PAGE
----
While film director Brad Bird isn’t a household name like Spielberg, he definitely has more public attention now than when he started making movies 16 years ago. Most recently helming Tomorrowland and Mission: Impossible – Ghost Protocol, Bird’s roots are in animation, starting as a creative consultant on early seasons of The Simpsons and later directing The Incredibles and Ratatouille at Pixar.
Before all his other movies, Bird made his directorial debut back in 1999 with the Warner Bros. film The Iron Giant, which, despite a positive critical response, bombed during its initial theatrical run. Over time, though, word regarding the film has spread positively, to the point that Fathom has collaborated with Warner Bros. to re-release the film for two nights only, those being September 30th and October 4th. Not only is this the film’s first time being distributed in HD (Its Blu-Ray release isn’t scheduled for several more months), but two previously unfinished scenes have been seamlessly added, offering something new for longtime fans and a still-fantastic animated film for curious newcomers.
Taking place in the fictional seaside town of Rockwell, Maine in 1957, the first scenes see the titular giant, an enormous sentient robot (Voiced by Vin Diesel), crashing to Earth like a meteor, with word of his appearances steadily increasing as the film progresses. Local boy Hogarth Hughes (Eli Marienthal) hears something destroy his TV antenna one night, and follows a path of destruction into the woods before briefly encountering the giant. After finding him again the following day, he discovers the giant both means no harm but remembers nothing before landing on Earth, urging Hogarth to try and teach him the basics of the world.
Hogarth’s attempts to hide the giant become harder with the introduction of Kent Mansley (Christopher McDonald), a government agent sent to investigate claims of the giant. Mansley initially puts on a suave demeanor, but as the story progresses, he shows a disturbingly paranoid and obsessed side, declaring the giant to be a national threat despite knowing nothing about him and resorting to underhanded means to locate it. A local junkyard owner named Dean (Harry Connick Jr.) eventually discovers the giant and allows Hogarth to hide him, but things continue to escalate until a climactic final confrontation between the giant and the army.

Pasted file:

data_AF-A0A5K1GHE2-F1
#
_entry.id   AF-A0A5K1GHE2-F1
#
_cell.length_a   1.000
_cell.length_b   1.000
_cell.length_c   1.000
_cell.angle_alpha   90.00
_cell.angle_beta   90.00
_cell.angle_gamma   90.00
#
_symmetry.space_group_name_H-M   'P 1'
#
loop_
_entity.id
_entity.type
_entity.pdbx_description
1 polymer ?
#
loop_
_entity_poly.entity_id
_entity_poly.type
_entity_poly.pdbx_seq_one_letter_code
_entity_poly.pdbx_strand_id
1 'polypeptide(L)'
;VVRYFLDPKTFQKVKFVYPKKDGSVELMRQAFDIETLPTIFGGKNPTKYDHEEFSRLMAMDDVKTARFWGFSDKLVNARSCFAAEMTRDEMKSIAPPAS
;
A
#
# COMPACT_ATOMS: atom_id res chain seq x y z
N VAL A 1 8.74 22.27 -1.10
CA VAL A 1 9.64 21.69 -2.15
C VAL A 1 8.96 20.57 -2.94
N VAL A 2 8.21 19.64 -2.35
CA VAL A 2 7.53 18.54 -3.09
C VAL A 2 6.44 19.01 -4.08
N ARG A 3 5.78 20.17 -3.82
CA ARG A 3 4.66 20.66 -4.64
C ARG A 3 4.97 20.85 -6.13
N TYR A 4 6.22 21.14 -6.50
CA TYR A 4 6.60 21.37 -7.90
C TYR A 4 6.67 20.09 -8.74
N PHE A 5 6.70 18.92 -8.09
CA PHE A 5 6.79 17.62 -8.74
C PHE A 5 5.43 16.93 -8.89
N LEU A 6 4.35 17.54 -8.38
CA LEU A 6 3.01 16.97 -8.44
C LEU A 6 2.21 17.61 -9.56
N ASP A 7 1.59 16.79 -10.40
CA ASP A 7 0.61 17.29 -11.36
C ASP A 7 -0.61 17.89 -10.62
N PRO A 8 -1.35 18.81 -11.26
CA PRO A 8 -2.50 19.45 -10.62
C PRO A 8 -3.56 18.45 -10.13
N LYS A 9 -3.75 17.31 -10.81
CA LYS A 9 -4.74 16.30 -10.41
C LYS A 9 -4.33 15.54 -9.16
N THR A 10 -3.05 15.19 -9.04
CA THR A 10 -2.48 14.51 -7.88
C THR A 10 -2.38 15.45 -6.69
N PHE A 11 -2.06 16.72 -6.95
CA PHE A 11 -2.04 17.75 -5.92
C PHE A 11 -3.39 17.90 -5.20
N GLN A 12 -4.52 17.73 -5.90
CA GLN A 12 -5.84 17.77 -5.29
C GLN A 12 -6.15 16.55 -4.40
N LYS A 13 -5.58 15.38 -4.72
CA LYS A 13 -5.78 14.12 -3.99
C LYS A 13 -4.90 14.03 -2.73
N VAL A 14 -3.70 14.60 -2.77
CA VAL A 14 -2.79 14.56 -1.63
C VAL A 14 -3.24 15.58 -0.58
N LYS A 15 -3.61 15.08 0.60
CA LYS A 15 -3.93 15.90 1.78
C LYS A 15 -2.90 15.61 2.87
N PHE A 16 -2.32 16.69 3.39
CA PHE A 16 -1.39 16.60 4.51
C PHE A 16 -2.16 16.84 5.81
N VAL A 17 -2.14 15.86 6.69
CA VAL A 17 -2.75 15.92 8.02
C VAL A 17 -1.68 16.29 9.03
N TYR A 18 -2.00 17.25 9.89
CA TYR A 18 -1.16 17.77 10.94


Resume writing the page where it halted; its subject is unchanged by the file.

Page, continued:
The Iron Giant is novel in its animation approach, as the characters and environments are presented in the classical hand-drawn style that nowadays is virtually nonexistent in feature films, but the giant himself is a 3D, computer-generated character. Bird and his crew put extra work into making the two styles convincingly blend, and the result still has few contemporary equals in terms of how seamless it looks. The rest of the cast is appealingly designed and expressive, and as Bird puts it in a new introduction before the film, will likely make audiences miss the days of hand-drawn films.
Thankfully, the animation isn’t the only thing going for the film, as the script and overall direction is rock solid. It’s able to pull off hilarious moments that leave the audience howling as well as more emotional scenes, especially the tearjerker ending. The characters feel believable and have many memorable lines. Bird has always had a talent for pulling off natural-sounding and engaging conversations in his animated work, and this is no exception. Even the giant, with only a few words spoken by Diesel, is an endearing and entertaining creation.
The biggest draw for existing fans of the movie is the inclusion of two previously unfinished scenes, newly animated and seamlessly inserted back into the film. Of the two, one is a cute but insubstantial and brief conversation early on between Dean and Hogarth’s mother (Jennifer Aniston), but the other, more intriguing one shows us one of the giant’s dreams, which provides a big hint regarding the discovery of his original purpose revealed late in the film and also showcases some nicely done animation. The scenes, interesting as they are, are too brief to truly make themselves the only reason for fans to revisit the movie. Getting to see it in high-def on the big screen for the first time since 1999 should be reason enough.
Bird and Warner Bros. have confirmed that The Iron Giant: Signature Edition will make its way to Blu-Ray down the line, but for now, this pair of theatrical screenings are the only way to see it. The Iron Giant remains an amazing work of animation, able to truly appeal to all ages and deliver a mature but accessible story and some nice visuals to boot. If you’ve heard hype about the film in the past but haven’t gotten around to actually watching it, this is a wonderful way to do so.